Newcastle Jets were the victim of some outrageous scheduling to to start the season.
Four consecutive away matches, requiring them to travel to Melbourne, Perth and even across to New Zealand, all before they stepped foot on their home turf at Hunter Stadium.
It was a gruelling fixture list for an A-League side that underwent the biggest overhaul of any club in the off-season, with 12 players coming in to offset the nine departures.
We’ve seen these sorts of revolutions at Newcastle before.
Gary van Egmond made sweeping changes to the profile of the squad in his first season as coach in 2012, building on his time at the Australian Institute of Sport by making it his mandate to lower the overall age and emphasising the recruitment of young, mobile players.
The ambitious goal was undermined by inconsistency, which Van Egmond seemed to blame on the immaturity of his players. Gradually, he brought in a more experienced core, but was unable to improve results significantly.
Phil Stubbins’ appointment was meant to be a fresh start, with Van Egmond’s successor Clayton Zane returning to his previous role as an assistant coach, and Stubbins given full licence to revamp the squad as he saw fit. The official word was that the new signings were to bring ‘pride’ back to Newcastle, but in pure footballing terms, there didn’t really seem to be a theme to the raft of new arrivals.
Coupled with an injury crisis during pre-season, it was very difficult to determine exactly how Newcastle would line up and play in this campaign. That remains the case after five rounds, for Stubbins has tinkered with his selection and varied his approach to try and find the right balance.
Broadly speaking, the favoured formation has been 4-2-3-1 and at first, the emphasis seemed to be on pressing high up the pitch. Against Central Coast Mariners in the opening round, for example, Edson Montano and Joel Griffiths pressed high up on the Mariners back four, with Johnny Steele and James Virgili, the wingers, joining in support.
Yet in recent weeks the emphasis has switched towards the other end of the spectrum - towards a more cautious, defensive approach. Against Perth Glory, Newcastle sat quite deep, rarely pressuring Perth’s defenders. It feels like Stubbins doesn’t exactly know how he wants his side to play.
However, signs of promise began to emerge on Saturday afternoon against Melbourne Victory.
Here, Stubbins changed formation by flipping the format of his midfield triangle, going from a 4-2-3-1 to a 4-3-3. This meant Ben Kantarovski sat as a holding midfielder behind Zenon Caravella and Allan Welsh, but all three had the same responsibilities - to man-mark their direct opponent in the Victory midfield. Caravella was on Carl Valeri, Welsh on Mark Milligan and Kantarovski on the #10, Guilherme Finkler.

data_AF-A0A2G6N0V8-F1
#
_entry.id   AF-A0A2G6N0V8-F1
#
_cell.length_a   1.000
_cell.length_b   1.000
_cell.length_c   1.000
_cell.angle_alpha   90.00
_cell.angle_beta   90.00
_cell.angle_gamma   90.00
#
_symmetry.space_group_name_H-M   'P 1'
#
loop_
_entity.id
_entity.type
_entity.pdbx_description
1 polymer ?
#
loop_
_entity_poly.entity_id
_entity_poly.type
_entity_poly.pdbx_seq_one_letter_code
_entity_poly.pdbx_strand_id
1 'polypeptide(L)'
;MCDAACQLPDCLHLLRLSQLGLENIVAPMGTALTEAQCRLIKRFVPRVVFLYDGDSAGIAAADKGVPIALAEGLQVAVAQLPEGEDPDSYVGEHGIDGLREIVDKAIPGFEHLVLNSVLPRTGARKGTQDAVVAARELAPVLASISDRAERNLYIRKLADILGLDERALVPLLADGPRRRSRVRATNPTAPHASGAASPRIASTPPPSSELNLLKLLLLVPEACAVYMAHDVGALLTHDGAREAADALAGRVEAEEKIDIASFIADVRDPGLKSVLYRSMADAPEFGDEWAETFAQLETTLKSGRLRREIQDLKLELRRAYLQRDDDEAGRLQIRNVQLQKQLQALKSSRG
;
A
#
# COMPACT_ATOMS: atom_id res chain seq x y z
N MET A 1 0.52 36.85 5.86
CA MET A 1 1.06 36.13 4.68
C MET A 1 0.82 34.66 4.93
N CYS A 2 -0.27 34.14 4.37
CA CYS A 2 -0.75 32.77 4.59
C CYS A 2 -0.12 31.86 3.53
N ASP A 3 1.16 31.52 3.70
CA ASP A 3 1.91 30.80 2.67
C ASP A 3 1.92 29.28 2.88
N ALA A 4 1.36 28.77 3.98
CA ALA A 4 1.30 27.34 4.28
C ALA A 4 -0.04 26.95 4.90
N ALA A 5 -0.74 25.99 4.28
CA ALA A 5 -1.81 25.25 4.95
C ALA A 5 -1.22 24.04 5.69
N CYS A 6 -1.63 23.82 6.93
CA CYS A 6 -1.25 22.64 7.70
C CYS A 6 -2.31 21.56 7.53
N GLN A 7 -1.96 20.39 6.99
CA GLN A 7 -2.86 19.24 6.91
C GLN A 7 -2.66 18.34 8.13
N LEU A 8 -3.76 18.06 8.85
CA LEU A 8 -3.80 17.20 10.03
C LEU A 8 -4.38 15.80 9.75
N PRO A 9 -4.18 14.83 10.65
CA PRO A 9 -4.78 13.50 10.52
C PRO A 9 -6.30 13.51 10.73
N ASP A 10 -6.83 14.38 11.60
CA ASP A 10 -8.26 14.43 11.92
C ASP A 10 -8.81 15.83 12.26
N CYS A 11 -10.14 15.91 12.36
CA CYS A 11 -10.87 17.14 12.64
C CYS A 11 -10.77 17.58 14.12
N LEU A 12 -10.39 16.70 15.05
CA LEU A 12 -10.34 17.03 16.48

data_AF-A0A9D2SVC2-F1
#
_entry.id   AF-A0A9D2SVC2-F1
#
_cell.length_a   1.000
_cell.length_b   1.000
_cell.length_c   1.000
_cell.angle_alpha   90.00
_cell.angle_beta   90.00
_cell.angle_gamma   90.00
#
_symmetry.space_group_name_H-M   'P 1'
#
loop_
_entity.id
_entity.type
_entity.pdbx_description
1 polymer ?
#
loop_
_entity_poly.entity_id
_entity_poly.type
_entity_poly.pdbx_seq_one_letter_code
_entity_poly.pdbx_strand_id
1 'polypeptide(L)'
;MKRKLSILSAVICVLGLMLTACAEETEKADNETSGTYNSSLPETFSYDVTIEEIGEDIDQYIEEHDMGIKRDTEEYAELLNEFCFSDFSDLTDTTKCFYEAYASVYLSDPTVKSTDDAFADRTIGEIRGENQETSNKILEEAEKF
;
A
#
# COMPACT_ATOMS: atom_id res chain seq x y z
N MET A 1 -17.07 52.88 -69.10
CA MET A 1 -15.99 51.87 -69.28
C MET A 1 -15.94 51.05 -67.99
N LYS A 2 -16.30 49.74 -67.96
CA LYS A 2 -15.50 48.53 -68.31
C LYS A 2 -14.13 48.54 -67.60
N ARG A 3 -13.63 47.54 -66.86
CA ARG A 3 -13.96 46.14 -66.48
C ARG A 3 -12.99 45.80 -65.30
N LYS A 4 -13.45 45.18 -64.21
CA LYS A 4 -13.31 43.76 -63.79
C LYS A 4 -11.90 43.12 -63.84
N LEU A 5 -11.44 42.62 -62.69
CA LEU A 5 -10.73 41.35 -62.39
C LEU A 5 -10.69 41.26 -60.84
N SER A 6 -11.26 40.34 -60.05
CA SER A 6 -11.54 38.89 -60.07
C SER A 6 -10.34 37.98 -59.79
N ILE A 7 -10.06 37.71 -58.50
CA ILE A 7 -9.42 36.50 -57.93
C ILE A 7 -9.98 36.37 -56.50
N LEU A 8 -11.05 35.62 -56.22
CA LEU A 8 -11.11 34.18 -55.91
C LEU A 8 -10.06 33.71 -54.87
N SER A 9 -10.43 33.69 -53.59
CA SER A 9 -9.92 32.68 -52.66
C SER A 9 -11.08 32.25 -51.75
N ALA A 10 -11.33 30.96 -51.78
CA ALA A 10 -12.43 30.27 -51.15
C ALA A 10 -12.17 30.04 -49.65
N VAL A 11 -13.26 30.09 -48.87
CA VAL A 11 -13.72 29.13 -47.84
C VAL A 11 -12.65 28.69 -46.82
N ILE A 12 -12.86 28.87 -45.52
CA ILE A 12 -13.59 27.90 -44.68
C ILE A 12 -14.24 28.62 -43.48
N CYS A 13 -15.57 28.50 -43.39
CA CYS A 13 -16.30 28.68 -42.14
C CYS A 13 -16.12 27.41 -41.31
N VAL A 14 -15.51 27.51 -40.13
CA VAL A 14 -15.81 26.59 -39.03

The latter was the toughest assignment, for Finkler varies his position intelligently and has demonstrated against Melbourne City and Western Sydney Wanderers the clever ability to find pockets of space between the lines. Kantarovski stuck very tight, sometimes leaving the zone in front of his centre-backs unoccupied when he moved wide to track Finkler. However, because Caravella and Welsh were doing a good job blocking off Valeri and Milligan, this space was rarely exposed.
Therefore, the Victory were forced to attack predominantly down the flanks. Last week’s Breakdown column illustrated the increasing popularity of man-marking in midfield during this A-League season, with sides often employing it against the Victory to prevent Kevin Muscat’s men from building up play through this area of the pitch.
Instead, like against Melbourne City and Adelaide United, the onus falls on the wide players to provide creativity - something Kosta Barbarouses has done well in previous matches, and again here where he provided the key pass to play Berisha in behind during the lead-up to Victory’s first goal, Fahid Ben Khalfallah’s tap-in.’
Then, Barbarouses again played the pass when Berisha hit the post just before the break. Later, Khalfallah turned provider with a fine pass in behind for Berisha, who scored to make it 2-2 just after half-time. The Jets man-marking in midfield prevented Finkler from getting significant time on the ball, but left them vulnerable to attacks from out wide.
Therefore, Stubbins still has work to do to find the right balance, but this still was an encouraging improvement on previous weeks.
Tim Palmer writes extensively on A-League tactics at AustraliaScout.com.comments